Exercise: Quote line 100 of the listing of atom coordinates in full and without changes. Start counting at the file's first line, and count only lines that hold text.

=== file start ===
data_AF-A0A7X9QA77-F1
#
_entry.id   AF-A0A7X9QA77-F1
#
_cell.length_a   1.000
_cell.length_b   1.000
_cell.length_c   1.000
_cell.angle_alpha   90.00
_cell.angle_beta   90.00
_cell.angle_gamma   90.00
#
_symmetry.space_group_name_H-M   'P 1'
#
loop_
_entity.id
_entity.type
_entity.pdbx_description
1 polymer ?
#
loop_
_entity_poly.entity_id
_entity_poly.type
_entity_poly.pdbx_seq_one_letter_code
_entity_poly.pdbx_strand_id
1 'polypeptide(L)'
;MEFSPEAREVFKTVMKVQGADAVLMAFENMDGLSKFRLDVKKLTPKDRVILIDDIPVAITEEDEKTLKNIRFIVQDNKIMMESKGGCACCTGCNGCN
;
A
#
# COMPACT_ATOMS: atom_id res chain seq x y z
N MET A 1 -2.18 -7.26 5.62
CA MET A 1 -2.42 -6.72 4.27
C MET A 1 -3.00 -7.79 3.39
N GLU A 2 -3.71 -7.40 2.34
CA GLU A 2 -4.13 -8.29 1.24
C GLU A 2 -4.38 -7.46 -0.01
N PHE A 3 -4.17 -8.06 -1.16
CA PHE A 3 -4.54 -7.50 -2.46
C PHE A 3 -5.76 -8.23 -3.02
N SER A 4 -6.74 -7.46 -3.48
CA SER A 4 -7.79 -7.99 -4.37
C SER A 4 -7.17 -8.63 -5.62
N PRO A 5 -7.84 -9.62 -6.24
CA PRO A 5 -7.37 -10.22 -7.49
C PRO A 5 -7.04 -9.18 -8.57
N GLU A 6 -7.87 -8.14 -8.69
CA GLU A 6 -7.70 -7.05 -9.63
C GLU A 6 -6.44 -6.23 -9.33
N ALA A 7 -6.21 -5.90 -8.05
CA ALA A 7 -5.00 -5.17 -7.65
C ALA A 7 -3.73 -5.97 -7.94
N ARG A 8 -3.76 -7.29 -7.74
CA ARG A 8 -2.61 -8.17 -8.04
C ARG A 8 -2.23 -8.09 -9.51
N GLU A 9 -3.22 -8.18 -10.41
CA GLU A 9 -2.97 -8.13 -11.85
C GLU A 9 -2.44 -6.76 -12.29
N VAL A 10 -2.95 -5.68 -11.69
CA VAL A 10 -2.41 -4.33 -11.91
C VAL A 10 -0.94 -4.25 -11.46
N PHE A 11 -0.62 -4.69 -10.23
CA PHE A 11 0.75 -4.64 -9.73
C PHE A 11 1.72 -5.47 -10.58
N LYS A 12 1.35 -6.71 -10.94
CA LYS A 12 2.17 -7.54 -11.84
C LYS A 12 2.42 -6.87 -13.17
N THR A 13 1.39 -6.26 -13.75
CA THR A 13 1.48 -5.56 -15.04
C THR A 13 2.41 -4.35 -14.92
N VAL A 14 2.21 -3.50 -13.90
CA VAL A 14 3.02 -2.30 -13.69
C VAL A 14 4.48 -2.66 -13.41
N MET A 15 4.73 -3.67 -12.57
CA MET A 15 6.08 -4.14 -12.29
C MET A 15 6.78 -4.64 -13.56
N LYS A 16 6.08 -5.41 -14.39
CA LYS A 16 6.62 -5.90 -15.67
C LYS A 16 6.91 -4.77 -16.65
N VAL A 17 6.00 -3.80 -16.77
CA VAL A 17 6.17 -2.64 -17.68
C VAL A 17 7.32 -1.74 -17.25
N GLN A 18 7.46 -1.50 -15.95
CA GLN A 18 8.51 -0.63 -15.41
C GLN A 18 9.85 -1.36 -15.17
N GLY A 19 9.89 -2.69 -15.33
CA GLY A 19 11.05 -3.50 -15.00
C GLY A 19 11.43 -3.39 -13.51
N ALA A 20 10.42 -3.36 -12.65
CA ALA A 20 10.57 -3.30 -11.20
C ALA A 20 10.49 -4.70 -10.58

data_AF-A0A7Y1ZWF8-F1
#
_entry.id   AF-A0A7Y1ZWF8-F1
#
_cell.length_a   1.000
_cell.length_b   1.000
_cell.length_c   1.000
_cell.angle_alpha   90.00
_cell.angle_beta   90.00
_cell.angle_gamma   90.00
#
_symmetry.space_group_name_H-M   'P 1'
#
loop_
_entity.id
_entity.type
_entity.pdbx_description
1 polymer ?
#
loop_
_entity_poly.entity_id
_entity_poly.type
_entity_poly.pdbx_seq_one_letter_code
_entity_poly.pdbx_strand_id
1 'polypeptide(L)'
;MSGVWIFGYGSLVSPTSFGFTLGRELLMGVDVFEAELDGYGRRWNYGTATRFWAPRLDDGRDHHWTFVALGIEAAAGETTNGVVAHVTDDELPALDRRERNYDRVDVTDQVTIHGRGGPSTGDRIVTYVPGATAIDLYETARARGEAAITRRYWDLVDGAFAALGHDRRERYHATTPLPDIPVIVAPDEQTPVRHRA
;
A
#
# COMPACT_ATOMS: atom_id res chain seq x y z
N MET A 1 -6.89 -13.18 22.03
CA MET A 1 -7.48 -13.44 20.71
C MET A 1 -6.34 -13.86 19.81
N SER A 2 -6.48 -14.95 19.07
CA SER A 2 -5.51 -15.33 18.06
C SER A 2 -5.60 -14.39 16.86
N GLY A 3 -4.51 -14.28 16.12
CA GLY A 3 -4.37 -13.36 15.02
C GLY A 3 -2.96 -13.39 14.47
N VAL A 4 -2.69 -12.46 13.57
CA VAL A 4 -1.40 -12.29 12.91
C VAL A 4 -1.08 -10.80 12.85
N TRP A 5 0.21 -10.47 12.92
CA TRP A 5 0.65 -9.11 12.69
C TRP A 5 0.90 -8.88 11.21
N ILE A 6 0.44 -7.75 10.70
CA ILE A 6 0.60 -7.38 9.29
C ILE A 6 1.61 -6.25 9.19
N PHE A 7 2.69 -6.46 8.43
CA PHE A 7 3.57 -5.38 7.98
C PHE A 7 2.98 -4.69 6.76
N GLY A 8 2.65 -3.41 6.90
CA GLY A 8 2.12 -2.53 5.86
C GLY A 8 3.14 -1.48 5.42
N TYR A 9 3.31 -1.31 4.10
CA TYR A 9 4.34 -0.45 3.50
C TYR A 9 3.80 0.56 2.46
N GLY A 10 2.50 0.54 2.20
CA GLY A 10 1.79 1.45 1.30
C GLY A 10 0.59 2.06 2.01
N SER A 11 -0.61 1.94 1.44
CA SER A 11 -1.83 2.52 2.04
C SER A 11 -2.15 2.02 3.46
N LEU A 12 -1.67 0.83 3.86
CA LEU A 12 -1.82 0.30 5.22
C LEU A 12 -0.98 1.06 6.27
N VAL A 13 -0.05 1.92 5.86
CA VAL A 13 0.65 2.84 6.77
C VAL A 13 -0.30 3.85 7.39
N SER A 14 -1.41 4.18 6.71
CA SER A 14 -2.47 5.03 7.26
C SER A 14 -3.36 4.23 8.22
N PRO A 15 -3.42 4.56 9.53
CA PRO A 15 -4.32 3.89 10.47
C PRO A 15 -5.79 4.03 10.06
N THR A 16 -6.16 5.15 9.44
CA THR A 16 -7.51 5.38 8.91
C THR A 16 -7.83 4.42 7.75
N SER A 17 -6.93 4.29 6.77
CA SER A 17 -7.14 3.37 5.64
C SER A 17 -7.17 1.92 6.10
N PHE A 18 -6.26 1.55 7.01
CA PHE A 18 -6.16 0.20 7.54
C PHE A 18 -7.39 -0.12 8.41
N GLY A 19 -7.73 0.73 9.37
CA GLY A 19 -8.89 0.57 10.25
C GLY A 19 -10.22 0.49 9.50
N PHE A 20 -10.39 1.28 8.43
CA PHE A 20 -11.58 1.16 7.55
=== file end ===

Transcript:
_cell.angle_gamma   90.00